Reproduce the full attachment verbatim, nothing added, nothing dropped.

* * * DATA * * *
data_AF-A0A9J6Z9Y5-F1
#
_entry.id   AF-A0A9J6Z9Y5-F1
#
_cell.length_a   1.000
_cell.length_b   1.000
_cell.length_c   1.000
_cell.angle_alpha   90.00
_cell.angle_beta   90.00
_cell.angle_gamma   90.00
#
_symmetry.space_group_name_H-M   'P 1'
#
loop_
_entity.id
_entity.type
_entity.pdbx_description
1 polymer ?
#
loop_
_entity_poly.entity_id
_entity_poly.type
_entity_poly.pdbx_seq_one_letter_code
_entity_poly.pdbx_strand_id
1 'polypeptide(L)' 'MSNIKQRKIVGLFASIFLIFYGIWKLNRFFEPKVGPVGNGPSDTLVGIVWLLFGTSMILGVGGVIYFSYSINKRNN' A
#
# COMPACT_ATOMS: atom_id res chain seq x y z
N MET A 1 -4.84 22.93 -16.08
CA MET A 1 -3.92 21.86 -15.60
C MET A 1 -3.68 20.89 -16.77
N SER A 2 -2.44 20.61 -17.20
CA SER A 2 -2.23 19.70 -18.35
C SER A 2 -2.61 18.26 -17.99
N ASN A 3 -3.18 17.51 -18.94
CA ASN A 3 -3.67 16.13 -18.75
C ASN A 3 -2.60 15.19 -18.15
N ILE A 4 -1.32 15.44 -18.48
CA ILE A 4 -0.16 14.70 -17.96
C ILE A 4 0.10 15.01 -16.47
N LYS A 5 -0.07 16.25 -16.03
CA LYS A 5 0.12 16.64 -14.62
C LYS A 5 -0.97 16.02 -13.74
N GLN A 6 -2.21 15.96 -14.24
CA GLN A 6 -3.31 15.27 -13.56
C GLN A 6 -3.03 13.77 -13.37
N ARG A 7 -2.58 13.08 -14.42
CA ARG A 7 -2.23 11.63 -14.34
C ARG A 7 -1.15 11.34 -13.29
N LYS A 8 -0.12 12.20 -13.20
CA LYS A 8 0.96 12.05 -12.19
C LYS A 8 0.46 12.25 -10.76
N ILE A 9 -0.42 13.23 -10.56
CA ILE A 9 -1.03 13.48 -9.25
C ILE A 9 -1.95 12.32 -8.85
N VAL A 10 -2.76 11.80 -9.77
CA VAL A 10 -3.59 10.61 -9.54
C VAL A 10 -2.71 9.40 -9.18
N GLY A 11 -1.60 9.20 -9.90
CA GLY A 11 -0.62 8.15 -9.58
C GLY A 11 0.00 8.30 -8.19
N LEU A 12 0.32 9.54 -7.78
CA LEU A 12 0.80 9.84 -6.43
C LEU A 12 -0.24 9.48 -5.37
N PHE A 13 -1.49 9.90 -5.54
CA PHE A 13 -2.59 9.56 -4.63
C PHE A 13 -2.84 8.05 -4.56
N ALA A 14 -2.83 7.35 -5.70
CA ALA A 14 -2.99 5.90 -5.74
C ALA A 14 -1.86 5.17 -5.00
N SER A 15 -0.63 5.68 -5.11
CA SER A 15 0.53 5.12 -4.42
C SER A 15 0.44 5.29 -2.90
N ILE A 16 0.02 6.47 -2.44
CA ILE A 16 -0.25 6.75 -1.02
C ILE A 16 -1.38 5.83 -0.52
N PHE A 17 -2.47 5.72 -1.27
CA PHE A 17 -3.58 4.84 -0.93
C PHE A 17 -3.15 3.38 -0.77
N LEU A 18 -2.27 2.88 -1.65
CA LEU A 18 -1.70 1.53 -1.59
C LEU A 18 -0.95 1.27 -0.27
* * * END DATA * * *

data_AF-A0A9J6Z9Y5-F1
#
_entry.id   AF-A0A9J6Z9Y5-F1
#
_cell.length_a   1.000
_cell.length_b   1.000
_cell.length_c   1.000
_cell.angle_alpha   90.00
_cell.angle_beta   90.00
_cell.angle_gamma   90.00
#
_symmetry.space_group_name_H-M   'P 1'
#
loop_
_entity.id
_entity.type
_entity.pdbx_description
1 polymer ?
#
loop_
_entity_poly.entity_id
_entity_poly.type
_entity_poly.pdbx_seq_one_letter_code
_entity_poly.pdbx_strand_id
1 'polypeptide(L)' 'MSNIKQRKIVGLFASIFLIFYGIWKLNRFFEPKVGPVGNGPSDTLVGIVWLLFGTSMILGVGGVIYFSYSINKRNN' A
#
# COMPACT_ATOMS: atom_id res chain seq x y z
N MET A 1 -4.84 22.93 -16.08
CA MET A 1 -3.92 21.86 -15.60
C MET A 1 -3.68 20.89 -16.77
N SER A 2 -2.44 20.61 -17.20
CA SER A 2 -2.23 19.70 -18.35
C SER A 2 -2.61 18.26 -17.99
N ASN A 3 -3.18 17.51 -18.94
CA ASN A 3 -3.67 16.13 -18.75
C ASN A 3 -2.60 15.19 -18.15
N ILE A 4 -1.32 15.44 -18.48
CA ILE A 4 -0.16 14.70 -17.96
C ILE A 4 0.10 15.01 -16.47
N LYS A 5 -0.07 16.25 -16.03
CA LYS A 5 0.12 16.64 -14.62
C LYS A 5 -0.97 16.02 -13.74
N GLN A 6 -2.21 15.96 -14.24
CA GLN A 6 -3.31 15.27 -13.56
C GLN A 6 -3.03 13.77 -13.37
N ARG A 7 -2.58 13.08 -14.42
CA ARG A 7 -2.23 11.63 -14.34
C ARG A 7 -1.15 11.34 -13.29
N LYS A 8 -0.12 12.20 -13.20
CA LYS A 8 0.96 12.05 -12.19
C LYS A 8 0.46 12.25 -10.76
N ILE A 9 -0.42 13.23 -10.56
CA ILE A 9 -1.03 13.48 -9.25
C ILE A 9 -1.95 12.32 -8.85
N VAL A 10 -2.76 11.80 -9.77
CA VAL A 10 -3.59 10.61 -9.54
C VAL A 10 -2.71 9.40 -9.18
N GLY A 11 -1.60 9.20 -9.90
CA GLY A 11 -0.62 8.15 -9.58
C GLY A 11 0.00 8.30 -8.19
N LEU A 12 0.32 9.54 -7.78
CA LEU A 12 0.80 9.84 -6.43
C LEU A 12 -0.24 9.48 -5.37
N PHE A 13 -1.49 9.90 -5.54
CA PHE A 13 -2.59 9.56 -4.63
C PHE A 13 -2.84 8.05 -4.56
N ALA A 14 -2.83 7.35 -5.70
CA ALA A 14 -2.99 5.90 -5.74
C ALA A 14 -1.86 5.17 -5.00
N SER A 15 -0.63 5.68 -5.11
CA SER A 15 0.53 5.12 -4.42
C SER A 15 0.44 5.29 -2.90
N ILE A 16 0.02 6.47 -2.44
CA ILE A 16 -0.25 6.75 -1.02
C ILE A 16 -1.38 5.83 -0.52
N PHE A 17 -2.47 5.72 -1.27
CA PHE A 17 -3.58 4.84 -0.93
C PHE A 17 -3.15 3.38 -0.77
N LEU A 18 -2.27 2.88 -1.65
CA LEU A 18 -1.70 1.53 -1.59
C LEU A 18 -0.95 1.27 -0.27